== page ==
Core War


Also found in: Wikipedia.

Core War

(games)
(Or more recently, "Core Wars") A game played between assembly code programs running in the core of a simulated machine (and vicariously by their authors). The objective is to kill your opponents' programs by overwriting them.

The programs are written using an instruction set called "Redcode" and run on a virtual machine called "MARS" (Memory Array Redcode Simulator).

Core War was devised by Victor Vyssotsky, Robert Morris Sr., and Dennis Ritchie in the early 1960s (their original game was called "Darwin" and ran on a PDP-1 at Bell Labs). It was first described in the "Core War Guidelines" of March, 1984 by D. G. Jones and A. K. Dewdney of the Department of Computer Science at The University of Western Ontario (Canada).

Dewdney wrote several "Computer Recreations" articles in "Scientific American" which discussed Core War, starting with the May 1984 article. Those articles are contained in the two anthologies cited below. A.K. Dewdney's articles are still the most readable introduction to Core War, even though the Redcode dialect described in there is no longer current.

The International Core War Society (ICWS) creates and maintains Core War standards and the runs Core War tournaments. There have been six annual tournaments and two standards (ICWS'86 and ICWS'88).

["The Armchair Universe: An Exploration of Computer Worlds", A. K. Dewdney, W. H. Freeman, New York, 1988, ISBN 0-7167-1939-8, LCCN QA76.6 .D517 1988]

["The Magic Machine: A Handbook of Computer Sorcery", A. K. Dewdney, W. H. Freeman, New York, 1990, ISBN 0-7167-2125-2 (Hardcover), 0-7167-2144-9 (Paperback), LCCN QA76.6 .D5173 1990].
References in periodicals archive ?
Additionally, N4 provides leadership in helping our Navy address future fiscal challenges while sustaining readiness and enhancing future core war fighting capabilities.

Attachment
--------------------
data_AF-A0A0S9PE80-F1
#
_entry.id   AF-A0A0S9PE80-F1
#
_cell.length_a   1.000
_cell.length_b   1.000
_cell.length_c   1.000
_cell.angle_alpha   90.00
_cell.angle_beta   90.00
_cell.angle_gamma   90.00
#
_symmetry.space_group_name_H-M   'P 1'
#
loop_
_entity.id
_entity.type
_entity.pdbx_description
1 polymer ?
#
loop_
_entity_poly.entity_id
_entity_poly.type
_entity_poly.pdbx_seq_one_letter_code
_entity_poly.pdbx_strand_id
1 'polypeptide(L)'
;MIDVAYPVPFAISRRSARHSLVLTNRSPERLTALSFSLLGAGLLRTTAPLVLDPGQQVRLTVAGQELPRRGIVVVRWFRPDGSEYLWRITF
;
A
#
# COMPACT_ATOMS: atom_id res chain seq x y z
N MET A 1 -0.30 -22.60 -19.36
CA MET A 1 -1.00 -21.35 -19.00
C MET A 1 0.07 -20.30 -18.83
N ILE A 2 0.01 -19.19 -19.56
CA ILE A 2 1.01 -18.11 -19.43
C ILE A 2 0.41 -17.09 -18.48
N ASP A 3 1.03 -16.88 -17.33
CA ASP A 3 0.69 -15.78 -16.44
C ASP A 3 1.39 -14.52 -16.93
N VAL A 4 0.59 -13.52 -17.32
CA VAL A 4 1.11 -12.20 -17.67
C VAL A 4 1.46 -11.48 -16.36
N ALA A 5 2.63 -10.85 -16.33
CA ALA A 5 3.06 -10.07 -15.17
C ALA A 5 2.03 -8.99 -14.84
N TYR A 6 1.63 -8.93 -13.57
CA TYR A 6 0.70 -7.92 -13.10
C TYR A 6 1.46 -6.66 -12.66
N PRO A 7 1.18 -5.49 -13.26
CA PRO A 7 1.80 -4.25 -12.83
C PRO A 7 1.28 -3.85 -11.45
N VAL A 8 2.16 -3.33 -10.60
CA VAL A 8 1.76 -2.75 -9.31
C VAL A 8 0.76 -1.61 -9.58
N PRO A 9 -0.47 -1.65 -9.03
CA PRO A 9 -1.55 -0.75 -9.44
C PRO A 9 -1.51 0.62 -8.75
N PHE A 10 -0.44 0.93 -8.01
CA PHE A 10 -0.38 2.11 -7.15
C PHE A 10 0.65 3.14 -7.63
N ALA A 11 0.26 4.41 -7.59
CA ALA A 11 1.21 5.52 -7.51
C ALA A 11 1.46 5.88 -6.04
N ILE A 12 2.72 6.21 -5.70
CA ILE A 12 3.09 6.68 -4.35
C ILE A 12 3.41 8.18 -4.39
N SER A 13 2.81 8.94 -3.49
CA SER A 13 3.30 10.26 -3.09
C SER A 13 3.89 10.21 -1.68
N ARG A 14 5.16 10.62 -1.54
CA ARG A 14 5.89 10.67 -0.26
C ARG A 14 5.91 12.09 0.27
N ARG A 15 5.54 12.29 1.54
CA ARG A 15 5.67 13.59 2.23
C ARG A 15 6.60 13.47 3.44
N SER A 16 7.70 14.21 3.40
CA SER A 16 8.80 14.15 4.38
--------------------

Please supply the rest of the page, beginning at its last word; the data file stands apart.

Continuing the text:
Indeed, Sonoco and Newark are generating considerable heat with aggressive marketing campaigns that have set off a kind of Core War.
The present-day computer virus probably had its start in the late 1950s and early '60s in what has been termed the Core War. The name Core War refers to what, on one level, is called a game and on another, a destructive program designed to destroy the operation of another program.
Since the description in January'scolumn of the first international Core War tournament, membership in the International Core Wars Society has quadrupled, according to its director, Mark Clarkson.
And as the number of credit unions dwindles, the core wars have grown more intense.
"The core wars have long been over, and the notion of more cores leading to more power in a device have changed over time," said Mark Shedd, Director of Marketing, Qualcomm Technologies.
A Forgotten Front of the Core Wars: The Battle for a Truly Common Core in the Arts & Sciences.
Bell Labs employees gave life to von Neumann's theory in the 1950s in a game they called "Core Wars." In this game, two programmers would unleash software "organisms" and watch as they vied for control of the computer.
They hatched self-replicating electronic "organisms." The programmers watched their creations fight for control of a computer in a bizarre after-hours experiment called "Core Wars."
In addition, there will be a contest in which computer programs compete for the occupation of memory according to the standards of the International Core Wars Society.